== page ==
NACJD Data on Crime/Technology Can Guide Research About Life During and After Pandemic


A woman is seated at a desk surrounded by monitors displaying data


Increases in telework, telehealth, and other changes in daily technology used as a response to the COVID-19 pandemic may permanently change how people live their lives. One forecast by Global Workplace Analytics estimates that up to 30% of Americans could regularly work from home at the end of 2021. Ninety-three percent of respondents to a Pew Research survey at the end of March 2020 agreed that "a major interruption to their internet or cellphone service during the outbreak would be a problem in their daily life." Keeping facts like these in mind, it is more important than ever to understand the implications of ever-evolving technology use across academic disciplines. Criminal justice is no exception. In criminology, there are indications that the COVID-19 pandemic is exerting an influence in areas like prison populations counts and domestic violence reporting calls. The National Archive of Criminal Justice Data (NACJD) provides datasets that can help guide the exploration and extension of research ideas for topics connecting technology and criminology. Some noteworthy NACJD datasets relate to the following topics:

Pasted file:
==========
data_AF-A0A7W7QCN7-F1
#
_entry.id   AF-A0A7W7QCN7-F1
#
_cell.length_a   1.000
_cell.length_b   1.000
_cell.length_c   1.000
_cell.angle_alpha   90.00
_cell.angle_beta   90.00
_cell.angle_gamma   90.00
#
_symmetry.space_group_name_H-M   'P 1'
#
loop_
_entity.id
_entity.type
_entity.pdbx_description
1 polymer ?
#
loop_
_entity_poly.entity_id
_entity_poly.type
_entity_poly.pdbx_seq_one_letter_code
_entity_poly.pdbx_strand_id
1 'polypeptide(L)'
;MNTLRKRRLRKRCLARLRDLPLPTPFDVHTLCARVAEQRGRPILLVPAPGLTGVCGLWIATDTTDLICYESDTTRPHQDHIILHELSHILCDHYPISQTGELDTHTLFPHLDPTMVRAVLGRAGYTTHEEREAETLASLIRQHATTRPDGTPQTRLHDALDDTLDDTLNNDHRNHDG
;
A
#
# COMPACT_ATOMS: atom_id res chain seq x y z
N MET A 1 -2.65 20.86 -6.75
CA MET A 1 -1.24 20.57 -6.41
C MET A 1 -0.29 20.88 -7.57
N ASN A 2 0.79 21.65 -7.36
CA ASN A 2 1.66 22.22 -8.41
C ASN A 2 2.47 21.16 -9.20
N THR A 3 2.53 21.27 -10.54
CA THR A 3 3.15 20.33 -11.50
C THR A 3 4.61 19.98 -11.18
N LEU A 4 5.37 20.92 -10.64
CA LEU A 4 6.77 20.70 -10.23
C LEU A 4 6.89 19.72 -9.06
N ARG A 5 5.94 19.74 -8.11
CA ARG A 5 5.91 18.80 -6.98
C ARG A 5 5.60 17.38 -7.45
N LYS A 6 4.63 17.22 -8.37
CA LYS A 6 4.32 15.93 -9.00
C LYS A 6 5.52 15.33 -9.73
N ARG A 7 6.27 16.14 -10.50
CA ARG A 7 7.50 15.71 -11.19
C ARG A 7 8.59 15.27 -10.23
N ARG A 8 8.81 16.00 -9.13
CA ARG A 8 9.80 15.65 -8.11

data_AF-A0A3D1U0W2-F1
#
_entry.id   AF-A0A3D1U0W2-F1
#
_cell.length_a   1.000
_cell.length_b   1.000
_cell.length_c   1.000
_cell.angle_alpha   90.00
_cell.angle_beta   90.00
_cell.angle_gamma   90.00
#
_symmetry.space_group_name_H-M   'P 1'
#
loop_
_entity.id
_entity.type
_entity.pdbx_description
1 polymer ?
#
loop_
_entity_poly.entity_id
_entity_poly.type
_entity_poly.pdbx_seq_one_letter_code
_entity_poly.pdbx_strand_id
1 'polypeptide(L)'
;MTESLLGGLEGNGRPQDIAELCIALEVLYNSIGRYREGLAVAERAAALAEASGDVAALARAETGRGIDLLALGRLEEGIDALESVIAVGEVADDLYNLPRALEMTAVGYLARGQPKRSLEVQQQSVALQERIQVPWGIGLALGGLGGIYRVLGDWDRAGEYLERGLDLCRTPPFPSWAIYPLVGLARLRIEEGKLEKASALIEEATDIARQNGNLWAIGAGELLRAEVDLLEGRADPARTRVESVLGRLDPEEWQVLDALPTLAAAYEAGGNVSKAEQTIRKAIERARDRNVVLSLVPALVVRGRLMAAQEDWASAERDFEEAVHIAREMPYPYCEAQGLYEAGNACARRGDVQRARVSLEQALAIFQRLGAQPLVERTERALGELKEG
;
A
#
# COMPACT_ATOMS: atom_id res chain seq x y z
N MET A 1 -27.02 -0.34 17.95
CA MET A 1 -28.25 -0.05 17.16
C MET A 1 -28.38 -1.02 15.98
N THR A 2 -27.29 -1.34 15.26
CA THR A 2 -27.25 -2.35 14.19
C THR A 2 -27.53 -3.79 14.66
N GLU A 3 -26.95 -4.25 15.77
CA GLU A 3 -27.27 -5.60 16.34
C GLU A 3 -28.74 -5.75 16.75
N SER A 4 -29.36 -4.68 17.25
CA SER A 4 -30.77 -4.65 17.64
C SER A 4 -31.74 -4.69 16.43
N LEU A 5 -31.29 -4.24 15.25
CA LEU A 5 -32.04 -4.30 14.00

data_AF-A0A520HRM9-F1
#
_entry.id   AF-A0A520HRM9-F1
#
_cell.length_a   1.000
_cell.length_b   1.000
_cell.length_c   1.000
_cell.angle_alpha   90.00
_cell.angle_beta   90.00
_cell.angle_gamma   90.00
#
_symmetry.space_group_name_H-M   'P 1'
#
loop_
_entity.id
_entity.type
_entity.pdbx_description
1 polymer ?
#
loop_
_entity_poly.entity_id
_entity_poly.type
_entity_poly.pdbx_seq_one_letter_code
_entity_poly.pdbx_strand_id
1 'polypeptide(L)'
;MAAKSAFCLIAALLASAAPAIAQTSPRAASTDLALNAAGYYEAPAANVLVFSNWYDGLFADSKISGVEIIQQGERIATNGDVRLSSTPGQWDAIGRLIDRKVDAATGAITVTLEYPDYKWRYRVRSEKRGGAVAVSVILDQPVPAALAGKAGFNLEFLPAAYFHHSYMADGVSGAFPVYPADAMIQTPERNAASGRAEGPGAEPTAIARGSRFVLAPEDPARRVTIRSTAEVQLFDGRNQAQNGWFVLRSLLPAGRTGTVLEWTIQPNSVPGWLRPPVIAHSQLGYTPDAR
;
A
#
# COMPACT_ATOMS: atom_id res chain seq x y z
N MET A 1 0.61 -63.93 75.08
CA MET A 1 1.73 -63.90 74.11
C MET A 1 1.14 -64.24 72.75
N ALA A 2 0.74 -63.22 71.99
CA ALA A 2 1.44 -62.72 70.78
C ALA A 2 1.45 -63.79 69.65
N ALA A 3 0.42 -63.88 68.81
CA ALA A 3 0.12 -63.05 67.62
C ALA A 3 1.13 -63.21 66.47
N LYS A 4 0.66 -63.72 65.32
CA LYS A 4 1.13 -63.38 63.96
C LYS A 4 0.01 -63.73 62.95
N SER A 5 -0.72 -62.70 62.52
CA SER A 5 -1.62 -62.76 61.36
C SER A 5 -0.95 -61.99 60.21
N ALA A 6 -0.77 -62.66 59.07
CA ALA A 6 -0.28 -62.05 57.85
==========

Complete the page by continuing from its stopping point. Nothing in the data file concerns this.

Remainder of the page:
Interested researchers can use the Bibliography of Data-Related Literature at ICPSR to see how each of these studies have already been examined in scholarly literature and gain ideas for extending prior research. When you use or analyze the data, be sure to cite it so it can also be featured in a Bibliography with nearly 90,000 other publications!

By Sarah Burchart and A.J. Million

Special thanks to Dory Knight-Ingram and Chelsea Samples-Steele


Aug 13, 2020

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